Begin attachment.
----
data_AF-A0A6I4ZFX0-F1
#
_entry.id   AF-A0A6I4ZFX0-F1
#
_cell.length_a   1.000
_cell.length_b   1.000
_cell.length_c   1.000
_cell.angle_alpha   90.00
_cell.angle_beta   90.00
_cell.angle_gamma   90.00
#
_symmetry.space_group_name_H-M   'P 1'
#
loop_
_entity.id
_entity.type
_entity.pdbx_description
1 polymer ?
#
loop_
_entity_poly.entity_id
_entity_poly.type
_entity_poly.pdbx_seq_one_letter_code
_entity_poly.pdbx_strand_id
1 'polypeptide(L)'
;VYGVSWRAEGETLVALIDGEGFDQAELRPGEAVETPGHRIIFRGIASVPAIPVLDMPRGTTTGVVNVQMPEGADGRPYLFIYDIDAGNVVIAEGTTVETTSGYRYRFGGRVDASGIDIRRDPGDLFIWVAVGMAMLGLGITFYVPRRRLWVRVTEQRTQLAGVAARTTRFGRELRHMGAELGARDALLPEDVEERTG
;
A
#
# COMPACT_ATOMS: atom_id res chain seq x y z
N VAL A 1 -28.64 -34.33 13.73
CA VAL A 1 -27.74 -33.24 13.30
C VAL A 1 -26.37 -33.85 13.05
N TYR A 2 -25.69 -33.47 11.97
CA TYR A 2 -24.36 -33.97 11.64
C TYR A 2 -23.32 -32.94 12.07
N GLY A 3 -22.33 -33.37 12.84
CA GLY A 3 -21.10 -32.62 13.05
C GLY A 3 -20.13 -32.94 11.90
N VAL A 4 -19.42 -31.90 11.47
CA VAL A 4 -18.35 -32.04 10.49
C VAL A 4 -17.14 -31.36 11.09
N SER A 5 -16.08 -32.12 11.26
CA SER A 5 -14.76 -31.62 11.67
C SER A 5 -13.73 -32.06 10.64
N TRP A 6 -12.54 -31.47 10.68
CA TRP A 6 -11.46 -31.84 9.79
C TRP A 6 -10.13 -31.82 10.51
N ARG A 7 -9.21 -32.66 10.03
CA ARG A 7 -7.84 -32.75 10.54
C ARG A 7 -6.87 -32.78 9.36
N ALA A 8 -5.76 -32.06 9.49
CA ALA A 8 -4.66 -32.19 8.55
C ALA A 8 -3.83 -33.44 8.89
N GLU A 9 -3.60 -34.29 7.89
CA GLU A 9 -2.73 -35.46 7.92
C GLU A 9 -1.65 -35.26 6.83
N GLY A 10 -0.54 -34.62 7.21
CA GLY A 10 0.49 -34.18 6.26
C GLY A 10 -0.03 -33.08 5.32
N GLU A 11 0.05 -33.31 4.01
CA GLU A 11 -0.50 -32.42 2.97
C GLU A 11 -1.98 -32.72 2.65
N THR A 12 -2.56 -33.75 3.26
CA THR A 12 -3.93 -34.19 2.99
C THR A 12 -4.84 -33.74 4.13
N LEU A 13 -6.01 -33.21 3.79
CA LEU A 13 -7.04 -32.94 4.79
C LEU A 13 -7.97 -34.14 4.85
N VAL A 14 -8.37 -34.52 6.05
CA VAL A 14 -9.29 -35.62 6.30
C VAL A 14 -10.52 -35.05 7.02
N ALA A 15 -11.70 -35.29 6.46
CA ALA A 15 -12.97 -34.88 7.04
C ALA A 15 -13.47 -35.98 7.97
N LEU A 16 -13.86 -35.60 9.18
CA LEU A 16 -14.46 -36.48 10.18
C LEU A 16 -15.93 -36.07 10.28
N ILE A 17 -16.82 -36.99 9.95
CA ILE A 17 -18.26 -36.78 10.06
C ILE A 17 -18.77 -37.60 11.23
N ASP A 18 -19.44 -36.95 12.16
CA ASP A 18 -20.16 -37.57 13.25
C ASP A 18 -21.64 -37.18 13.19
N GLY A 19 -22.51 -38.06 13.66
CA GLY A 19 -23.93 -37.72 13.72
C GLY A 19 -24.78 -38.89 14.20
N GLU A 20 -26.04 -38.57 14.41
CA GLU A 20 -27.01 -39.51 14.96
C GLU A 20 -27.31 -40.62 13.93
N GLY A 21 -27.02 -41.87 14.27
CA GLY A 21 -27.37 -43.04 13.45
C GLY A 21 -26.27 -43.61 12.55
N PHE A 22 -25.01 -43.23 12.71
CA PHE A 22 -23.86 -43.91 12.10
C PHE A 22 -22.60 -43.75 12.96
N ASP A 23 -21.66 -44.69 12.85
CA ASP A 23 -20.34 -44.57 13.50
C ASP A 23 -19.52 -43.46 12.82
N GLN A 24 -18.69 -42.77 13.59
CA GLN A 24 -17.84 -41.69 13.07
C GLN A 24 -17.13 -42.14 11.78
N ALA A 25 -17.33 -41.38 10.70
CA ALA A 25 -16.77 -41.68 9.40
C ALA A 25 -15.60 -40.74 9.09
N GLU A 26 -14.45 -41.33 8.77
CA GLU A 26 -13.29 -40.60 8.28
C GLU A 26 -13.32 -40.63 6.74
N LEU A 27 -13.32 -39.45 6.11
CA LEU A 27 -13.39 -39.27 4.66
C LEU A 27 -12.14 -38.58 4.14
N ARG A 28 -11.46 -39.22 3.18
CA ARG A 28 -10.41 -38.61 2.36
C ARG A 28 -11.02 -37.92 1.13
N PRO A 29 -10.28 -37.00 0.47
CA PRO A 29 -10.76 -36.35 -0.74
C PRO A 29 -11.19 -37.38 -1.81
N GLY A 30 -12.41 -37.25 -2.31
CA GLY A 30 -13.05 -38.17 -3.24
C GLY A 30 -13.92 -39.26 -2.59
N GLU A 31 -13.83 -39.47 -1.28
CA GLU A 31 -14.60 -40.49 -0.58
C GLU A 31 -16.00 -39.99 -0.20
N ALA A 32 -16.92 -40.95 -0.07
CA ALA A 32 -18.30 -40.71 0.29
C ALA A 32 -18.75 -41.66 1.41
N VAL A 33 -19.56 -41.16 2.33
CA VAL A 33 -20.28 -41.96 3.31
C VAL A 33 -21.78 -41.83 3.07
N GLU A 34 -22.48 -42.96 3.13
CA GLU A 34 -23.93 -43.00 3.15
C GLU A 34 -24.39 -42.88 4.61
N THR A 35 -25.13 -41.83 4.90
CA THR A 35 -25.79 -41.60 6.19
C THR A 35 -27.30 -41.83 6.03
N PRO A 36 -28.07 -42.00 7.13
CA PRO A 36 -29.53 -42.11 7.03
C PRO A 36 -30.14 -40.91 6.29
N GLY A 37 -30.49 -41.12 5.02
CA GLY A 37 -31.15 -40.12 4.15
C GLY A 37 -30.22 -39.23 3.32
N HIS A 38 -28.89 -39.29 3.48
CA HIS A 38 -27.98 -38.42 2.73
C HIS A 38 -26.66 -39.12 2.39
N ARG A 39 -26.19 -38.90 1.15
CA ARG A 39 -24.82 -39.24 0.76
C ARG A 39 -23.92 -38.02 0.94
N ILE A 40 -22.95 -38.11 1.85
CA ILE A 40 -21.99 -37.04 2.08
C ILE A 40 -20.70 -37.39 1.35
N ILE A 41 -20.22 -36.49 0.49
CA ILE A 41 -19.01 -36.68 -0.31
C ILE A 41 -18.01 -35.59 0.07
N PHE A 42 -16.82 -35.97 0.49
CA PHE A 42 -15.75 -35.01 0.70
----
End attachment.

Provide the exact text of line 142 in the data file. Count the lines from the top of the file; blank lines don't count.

N HIS A 38 -28.89 -39.29 3.48